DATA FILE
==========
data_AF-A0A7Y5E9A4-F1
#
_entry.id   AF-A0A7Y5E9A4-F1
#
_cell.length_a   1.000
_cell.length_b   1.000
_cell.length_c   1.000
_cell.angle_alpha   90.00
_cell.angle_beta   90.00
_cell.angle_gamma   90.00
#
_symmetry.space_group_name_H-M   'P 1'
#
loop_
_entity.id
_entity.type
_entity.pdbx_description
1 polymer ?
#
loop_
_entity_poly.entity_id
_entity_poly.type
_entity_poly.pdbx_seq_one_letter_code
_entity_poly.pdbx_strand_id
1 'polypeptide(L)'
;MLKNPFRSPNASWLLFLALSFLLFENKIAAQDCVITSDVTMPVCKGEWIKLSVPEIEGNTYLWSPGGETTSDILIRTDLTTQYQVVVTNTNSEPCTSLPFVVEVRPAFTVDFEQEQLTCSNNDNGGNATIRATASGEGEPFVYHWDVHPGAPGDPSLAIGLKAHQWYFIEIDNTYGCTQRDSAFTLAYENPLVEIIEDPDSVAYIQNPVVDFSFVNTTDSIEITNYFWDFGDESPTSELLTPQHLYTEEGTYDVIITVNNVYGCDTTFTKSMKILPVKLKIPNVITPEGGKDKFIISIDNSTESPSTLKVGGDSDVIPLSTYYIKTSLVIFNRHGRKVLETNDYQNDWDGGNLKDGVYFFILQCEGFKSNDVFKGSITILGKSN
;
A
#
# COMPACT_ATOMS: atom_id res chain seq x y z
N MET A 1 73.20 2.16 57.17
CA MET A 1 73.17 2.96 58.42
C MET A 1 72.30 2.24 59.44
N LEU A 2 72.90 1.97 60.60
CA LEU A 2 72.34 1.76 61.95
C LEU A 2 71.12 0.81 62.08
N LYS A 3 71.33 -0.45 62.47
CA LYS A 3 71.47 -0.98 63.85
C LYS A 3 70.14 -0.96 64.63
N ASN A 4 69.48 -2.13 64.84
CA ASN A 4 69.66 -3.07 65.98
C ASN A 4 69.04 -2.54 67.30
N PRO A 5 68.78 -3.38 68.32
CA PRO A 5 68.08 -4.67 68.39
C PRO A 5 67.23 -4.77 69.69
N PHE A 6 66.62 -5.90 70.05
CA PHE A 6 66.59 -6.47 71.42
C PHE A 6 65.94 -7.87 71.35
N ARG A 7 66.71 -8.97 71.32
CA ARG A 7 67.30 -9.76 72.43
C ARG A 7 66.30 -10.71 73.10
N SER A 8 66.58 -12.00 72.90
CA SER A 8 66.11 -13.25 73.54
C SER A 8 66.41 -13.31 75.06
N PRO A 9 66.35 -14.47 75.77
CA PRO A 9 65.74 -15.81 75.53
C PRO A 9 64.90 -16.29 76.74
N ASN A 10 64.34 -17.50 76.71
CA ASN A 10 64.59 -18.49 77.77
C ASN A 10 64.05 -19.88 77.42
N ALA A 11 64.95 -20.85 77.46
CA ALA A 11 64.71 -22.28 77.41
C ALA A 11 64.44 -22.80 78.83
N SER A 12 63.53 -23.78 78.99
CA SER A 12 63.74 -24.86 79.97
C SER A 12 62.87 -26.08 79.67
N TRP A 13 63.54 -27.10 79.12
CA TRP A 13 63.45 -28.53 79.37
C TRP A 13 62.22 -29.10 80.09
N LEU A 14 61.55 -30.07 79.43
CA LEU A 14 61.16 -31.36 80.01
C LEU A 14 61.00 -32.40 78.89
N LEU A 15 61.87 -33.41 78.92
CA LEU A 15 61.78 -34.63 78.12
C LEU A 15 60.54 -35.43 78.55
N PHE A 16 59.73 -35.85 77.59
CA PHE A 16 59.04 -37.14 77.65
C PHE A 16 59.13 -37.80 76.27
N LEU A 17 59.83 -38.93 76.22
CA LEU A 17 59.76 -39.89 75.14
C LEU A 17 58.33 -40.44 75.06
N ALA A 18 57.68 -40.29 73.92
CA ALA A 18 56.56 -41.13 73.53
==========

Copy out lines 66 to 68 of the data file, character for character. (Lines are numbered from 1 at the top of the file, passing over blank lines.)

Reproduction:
C SER A 12 62.87 -26.08 79.67
N TRP A 13 63.54 -27.10 79.12
CA TRP A 13 63.45 -28.53 79.37